According to the latest estimates of the World Health Organization (WHO), globally, there are 28 000 to 161 000 typhoid-related deaths a year. According to this world body, there are about 11 to 21 million cases of this bacterial disease worldwide annually. Typhoid is mostly prevalent in India and other South East Asian countries, Africa, Central and South America, and Western Pacific countries. These areas have poor water quality and sewage sanitation.
What is Typhoid?
Typhoid, a gastrointestinal infection caused by bacteria known as Salmonella typhi (S.typhi), is characterised by high fever, diarrhoea, and vomiting. One can get this bacterial infection through contaminated water or food. S. typhi sneaks into your intestine through the mouth and stays there for about 1-3 weeks before making way to your bloodstream via the intestinal wall. From the blood, the typhoid bacteria spread to other tissues and organs and hide inside cells, that cannot be traced by your immune cells. Typhoid is curable with proper treatment. However, left untreated, it can be fatal. Possible complications of typhoid include kidney failure, severe GI bleeding, intestinal perforation, etc.
According to some estimates, about 3-5 per cent of people affected by typhoid become carriers of this bacterium. Asymptomatic people may also become carriers of the typhoid bacteria.
Typhoid patients experience symptoms about 1-3 weeks after exposure to the bacteria. The duration of the disease is 3 to 4 weeks depending upon the severity. The normal incubation time is 7 to 14 days. Here are some of the prominent symptoms:
- Constipation or diarrhoea
- High fever (103 degree Farenheit)
- Poor appetite
- Enlarged spleen & liver
- Rose-colored spots on the chest
- Chest congestion
- Abdominal pain
- Generalized pain and weakness
What Causes Typhoid?
One contracts typhoid fever by eating foods and drinking water contaminated with faecal matter containing a high volume of S.typhi bacteria. The whole water supply around a typhoid patient can be contaminated by his stool. This, in turn, can lead to the contamination of the entire food supply chain around him.
Diagnosis of Typhoid
Your doctor is likely to recommend a few tests if your symptoms hint at typhoid. The confirmatory diagnosis tests include culture of your blood, stool, urine or bone marrow to detect the presence of Salmonella typhi. Bone marrow culture is considered to be the most sensitive test for the typhoid bacteria. Your physician may also suggest other blood tests to check typhoid DNA and antibodies.
Treatment of Typhoid
Antibiotics such as ciproflaxin and ceftriaxone are generally prescribed to treat typhoid. Azithromycin is another option. These are, however, not prescribed for expecting moms. In severe cases, where the bowel has become perforated, surgery may be required.
People suffering from typhoid fever complain of digestive or gastrointestinal issues too. Loss of appetite and nausea are the associated symptoms of this bacterial infection. A well-planned diet will go a long way in managing typhoid. Nutritionists and doctors recommend small, frequent meals for people living with this condition. They also advise typhoid patients to go for easy-to-digest foods as the digestive tract fails to function at its best during this bacterial infection. Ideally, you need to maintain a balance of carbs, fats and proteins when dealing with typhoid. Follow these food rules to ease the symptoms and make the healing process smooth.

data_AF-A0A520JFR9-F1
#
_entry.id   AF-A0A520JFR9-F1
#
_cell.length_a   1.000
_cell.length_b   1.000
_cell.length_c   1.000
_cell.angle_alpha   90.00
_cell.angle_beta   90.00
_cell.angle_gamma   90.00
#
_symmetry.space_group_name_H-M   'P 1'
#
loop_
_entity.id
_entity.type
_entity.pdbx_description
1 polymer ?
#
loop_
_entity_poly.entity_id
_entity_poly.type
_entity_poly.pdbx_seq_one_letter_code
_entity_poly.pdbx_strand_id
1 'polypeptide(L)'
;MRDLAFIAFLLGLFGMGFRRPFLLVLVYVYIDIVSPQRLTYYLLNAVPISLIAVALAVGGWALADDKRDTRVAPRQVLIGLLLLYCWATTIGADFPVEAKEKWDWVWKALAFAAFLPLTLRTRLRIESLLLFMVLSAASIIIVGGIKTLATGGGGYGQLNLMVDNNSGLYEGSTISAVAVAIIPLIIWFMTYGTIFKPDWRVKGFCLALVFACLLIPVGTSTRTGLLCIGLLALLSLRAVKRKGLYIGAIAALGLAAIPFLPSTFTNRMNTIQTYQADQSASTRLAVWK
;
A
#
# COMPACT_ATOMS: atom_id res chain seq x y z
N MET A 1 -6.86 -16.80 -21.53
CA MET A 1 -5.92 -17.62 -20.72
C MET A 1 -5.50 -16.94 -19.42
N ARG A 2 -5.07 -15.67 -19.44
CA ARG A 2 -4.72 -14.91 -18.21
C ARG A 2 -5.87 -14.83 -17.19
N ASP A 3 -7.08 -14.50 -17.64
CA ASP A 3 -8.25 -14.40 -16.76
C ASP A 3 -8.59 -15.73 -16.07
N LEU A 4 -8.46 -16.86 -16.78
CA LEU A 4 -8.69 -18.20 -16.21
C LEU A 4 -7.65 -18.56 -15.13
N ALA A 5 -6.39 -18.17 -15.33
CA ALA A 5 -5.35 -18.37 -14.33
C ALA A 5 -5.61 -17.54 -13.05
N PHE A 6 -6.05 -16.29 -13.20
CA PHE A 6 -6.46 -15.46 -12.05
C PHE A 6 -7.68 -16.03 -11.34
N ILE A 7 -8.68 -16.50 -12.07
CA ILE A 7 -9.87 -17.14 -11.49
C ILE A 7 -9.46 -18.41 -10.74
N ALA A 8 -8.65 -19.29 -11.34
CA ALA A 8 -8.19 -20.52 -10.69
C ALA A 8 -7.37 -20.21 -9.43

- Go for a high-calorie diet. The typhoid bacteria may make you shed kilos unnecessarily. A diet loaded with calories will help you maintain a healthy body weight. Bread, bananas, boiled potatoes can be good options.
- Have plenty of fluids. Typhoid comes with high fever and diarrhoea, both of which may lead to dehydration. Depleted levels of fluid can lead to the complication of typhoid treatment. Make sure that you drink enough water and fresh fruit juices.
- Rely on semi-solid foods like boiled rice, baked potato, so on and so forth. They are easy to digest.
- Include protein-rich foods like legumes, cheese and yogurt in your meals. However, avoid meat because you may find it difficult to digest.
- Avoid high-fibre, spicy and deep-fried foods. Ghee, butter and dairy products should also be kept at bay.
Prevention of Typhoid
WHO recommends two vaccines to prevent typhoid. One of them is an inactivated vaccine shot while the other is a live, weakened one administered orally.
Vaccine shot: The injection is recommended for anyone above 2 years of age. Repeat doses are advised for people in the high-risk category.
Oral vaccine: This can be given to people above 6 years of age. It comes in a pack of 4 tablets, three of which have to be taken on alternate days. Your doctor may recommend you to take the last one just a week before going to a place with high typhoid incidence. Each capsule needs to be taken an hour before a meal. Ideally, you should have it with cold or lukewarm water. It is important to store these capsules in a refrigerator. Doctors recommend a booster dose of this vaccine every 5 years for people in high risk zone.
Apart from vaccines there are other steps that you can take to keep typhoid at bay:
- Maintain proper hand hygiene. Wash your hands frequently, especially before having food and after using the washroom.
- Avoid street foods. They can be the breeding grounds for the typhoid bacteria.
- Make sure that you wash your utensils with clean, uncontaminated water.
- Eat hot and fresh foods as high temperature hinders the growth of bacteria.
- Avoid eating raw veggies and fruits and drinking untreated or contaminated water.
- Keep all your household items (especially in the kitchen) well-cleaned and sanitized.
- In case you are travelling to any part of the world that can put you at high risk of getting infected with typhoid, then vaccination is the best option available.